Driving narrative through typography


Strong design and branding elements, as well as humour and good storytelling, characterise Tennant McKay’s new television commercials for Canadian telecommunications company Shaw.

Wanting to break the retail advertising mould and doing away with the traditional price-driven approach, Shaw aimed to adopt a casual, conversational approach to its advertising. Multi-disciplinary design company Tennant McKay developed a 3D type animated narrative with 2D character animated sub-narrative. Called Kung Fu, the commercial takes place in an abstract, flat colour and graphic world.

According to Tennant McKay director, Hilton Tennant Shaw’s previous commercials communicated through typography rather than the spoken word, an approach they wanted to continue. “However, for their new communication, their agency in Canada, BBDO Toronto, wanted to add supporting design elements to help tell the story and keep the viewers interested.

“Given that the main narrative in this spot is told predominantly through typography, our approach was to treat the type as objects, or as the main characters within the narrative. For this reason it was also important to render the 3D type beautifully, adding in reflections and treating the type as real objects, even though they were in an abstract space.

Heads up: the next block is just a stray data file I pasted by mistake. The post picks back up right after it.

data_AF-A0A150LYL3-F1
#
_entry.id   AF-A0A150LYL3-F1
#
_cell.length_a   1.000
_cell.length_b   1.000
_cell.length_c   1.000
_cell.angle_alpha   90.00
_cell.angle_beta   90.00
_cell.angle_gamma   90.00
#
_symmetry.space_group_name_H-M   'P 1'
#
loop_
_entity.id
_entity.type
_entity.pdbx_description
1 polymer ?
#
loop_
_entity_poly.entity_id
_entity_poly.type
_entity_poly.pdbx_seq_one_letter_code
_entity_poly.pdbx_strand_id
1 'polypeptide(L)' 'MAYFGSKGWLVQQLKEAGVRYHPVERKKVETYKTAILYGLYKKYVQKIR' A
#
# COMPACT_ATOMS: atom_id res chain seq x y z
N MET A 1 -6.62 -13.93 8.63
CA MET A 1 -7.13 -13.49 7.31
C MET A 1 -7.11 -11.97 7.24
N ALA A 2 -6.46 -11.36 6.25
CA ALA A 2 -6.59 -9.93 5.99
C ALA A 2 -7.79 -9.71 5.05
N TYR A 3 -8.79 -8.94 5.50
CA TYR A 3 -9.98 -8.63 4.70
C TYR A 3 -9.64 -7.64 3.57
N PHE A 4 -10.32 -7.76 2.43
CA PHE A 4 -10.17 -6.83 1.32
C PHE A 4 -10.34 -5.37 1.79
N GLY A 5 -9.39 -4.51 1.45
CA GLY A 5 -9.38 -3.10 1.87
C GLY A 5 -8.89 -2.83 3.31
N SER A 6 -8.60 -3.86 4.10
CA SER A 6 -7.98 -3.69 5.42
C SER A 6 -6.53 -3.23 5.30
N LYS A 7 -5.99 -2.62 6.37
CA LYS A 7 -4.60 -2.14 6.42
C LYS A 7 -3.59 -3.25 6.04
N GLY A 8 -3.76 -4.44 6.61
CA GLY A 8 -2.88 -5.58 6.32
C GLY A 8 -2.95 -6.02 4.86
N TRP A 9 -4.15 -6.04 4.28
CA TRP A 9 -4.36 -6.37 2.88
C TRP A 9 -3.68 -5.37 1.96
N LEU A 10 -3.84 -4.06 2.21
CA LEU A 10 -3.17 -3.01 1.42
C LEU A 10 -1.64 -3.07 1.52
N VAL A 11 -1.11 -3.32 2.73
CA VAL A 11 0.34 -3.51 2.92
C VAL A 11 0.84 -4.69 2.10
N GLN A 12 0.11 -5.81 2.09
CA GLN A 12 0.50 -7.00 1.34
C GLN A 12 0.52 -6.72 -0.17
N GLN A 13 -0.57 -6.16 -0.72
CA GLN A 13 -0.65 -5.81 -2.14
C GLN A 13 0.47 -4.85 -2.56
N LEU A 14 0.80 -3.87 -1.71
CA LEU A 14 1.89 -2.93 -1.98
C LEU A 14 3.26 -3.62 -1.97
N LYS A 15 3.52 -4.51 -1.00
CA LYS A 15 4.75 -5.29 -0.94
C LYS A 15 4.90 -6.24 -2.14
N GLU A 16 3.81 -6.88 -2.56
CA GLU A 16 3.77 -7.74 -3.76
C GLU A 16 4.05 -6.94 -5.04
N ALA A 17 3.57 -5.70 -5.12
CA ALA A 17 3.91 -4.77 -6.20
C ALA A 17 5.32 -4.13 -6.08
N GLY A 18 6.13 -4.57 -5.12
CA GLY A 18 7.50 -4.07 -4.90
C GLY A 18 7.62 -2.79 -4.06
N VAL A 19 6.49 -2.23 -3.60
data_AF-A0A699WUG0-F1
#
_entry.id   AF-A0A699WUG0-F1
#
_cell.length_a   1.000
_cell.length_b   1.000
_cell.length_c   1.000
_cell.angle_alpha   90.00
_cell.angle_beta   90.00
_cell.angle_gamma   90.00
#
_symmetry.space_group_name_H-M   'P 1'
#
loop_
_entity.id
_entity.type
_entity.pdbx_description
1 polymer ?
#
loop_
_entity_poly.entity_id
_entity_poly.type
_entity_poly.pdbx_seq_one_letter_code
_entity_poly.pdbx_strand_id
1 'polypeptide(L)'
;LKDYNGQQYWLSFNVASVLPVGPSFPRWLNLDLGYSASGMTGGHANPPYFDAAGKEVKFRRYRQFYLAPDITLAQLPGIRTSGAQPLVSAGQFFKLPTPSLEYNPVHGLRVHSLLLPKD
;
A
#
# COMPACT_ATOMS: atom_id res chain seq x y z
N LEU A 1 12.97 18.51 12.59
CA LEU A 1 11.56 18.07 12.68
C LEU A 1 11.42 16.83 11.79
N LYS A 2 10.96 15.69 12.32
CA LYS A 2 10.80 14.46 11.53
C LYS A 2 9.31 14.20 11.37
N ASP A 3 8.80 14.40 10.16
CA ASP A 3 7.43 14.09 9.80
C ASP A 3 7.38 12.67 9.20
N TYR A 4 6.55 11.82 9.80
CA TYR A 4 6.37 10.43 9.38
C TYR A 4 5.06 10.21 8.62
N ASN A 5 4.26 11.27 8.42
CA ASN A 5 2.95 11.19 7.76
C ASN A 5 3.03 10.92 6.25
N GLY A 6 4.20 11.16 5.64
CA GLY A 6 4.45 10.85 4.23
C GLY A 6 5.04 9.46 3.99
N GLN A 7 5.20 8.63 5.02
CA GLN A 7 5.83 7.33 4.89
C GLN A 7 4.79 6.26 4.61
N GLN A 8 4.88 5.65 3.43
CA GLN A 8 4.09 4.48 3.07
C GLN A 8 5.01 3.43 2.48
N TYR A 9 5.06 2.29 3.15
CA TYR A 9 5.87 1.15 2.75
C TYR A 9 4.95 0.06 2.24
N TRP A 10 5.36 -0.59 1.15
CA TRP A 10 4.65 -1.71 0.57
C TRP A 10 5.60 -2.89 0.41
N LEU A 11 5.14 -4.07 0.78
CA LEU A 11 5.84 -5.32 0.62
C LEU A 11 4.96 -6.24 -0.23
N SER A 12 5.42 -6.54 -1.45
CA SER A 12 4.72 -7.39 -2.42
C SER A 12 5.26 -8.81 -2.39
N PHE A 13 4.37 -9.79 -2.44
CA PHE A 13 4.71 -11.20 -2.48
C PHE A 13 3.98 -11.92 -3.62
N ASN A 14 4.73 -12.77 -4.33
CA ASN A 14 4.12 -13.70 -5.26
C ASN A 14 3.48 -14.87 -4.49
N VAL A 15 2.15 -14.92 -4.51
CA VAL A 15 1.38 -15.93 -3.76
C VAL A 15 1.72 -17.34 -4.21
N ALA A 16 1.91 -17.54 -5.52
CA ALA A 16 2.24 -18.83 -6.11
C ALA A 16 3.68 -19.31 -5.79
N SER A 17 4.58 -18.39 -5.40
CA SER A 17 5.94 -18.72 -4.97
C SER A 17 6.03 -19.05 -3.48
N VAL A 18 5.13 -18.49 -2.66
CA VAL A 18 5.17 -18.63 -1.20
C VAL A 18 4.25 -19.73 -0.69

“The sub-narrative character animation was approached in a similar manner: we stripped the elements down to the absolute essentials needed to tell the story. Our approach for the characters was to develop them in a way that complements the style of both the typography and the supporting iconographic elements. By doing this we are able to shift the focus from the typography to the characters without jarring the viewer.’

Shaw has commissioned a further three spots – Digital TV, Paperboy and Jetman – which were produced over a four month period.

For Digital TV, BBDO Toronto wanted to retain the Kung Fu style of using typography to drive the narrative, but sought to introduce a sense of spectacle and more colour variety into the mix. They also wanted to drive the “extras’ offering home, while maintaining a stylised clean look.

For Paperboy and Jetman, the agency briefed in two humourous, entertaining and charming scripts that were in a different realm to the previous spots, which told their story through character driven narratives, rather than using typography.

Tennant McKay executive producer Robyn Jephson points out that creating jobs of this calibre is always a challenge when you are not able to sit in the same room as your client for key processes like pitching and approvals. “It is much easier to get a client excited about a treatment when you are able to interact face to face, so our presentations have to not only be thorough and clear, but the frames on the page almost need to do the selling for us.

“For Shaw, we didn’t have the opportunity to sit and make changes with the client present, so we had to schedule very specific approval steps throughout the process. But this forced us to work much more systematically, and to run the production like clockwork. The turn-around times were quite quick, so we also needed to plan the production pipeline during the pitching process, so that once a treatment was approved, we had a lot of our processes set up and ready to roll.


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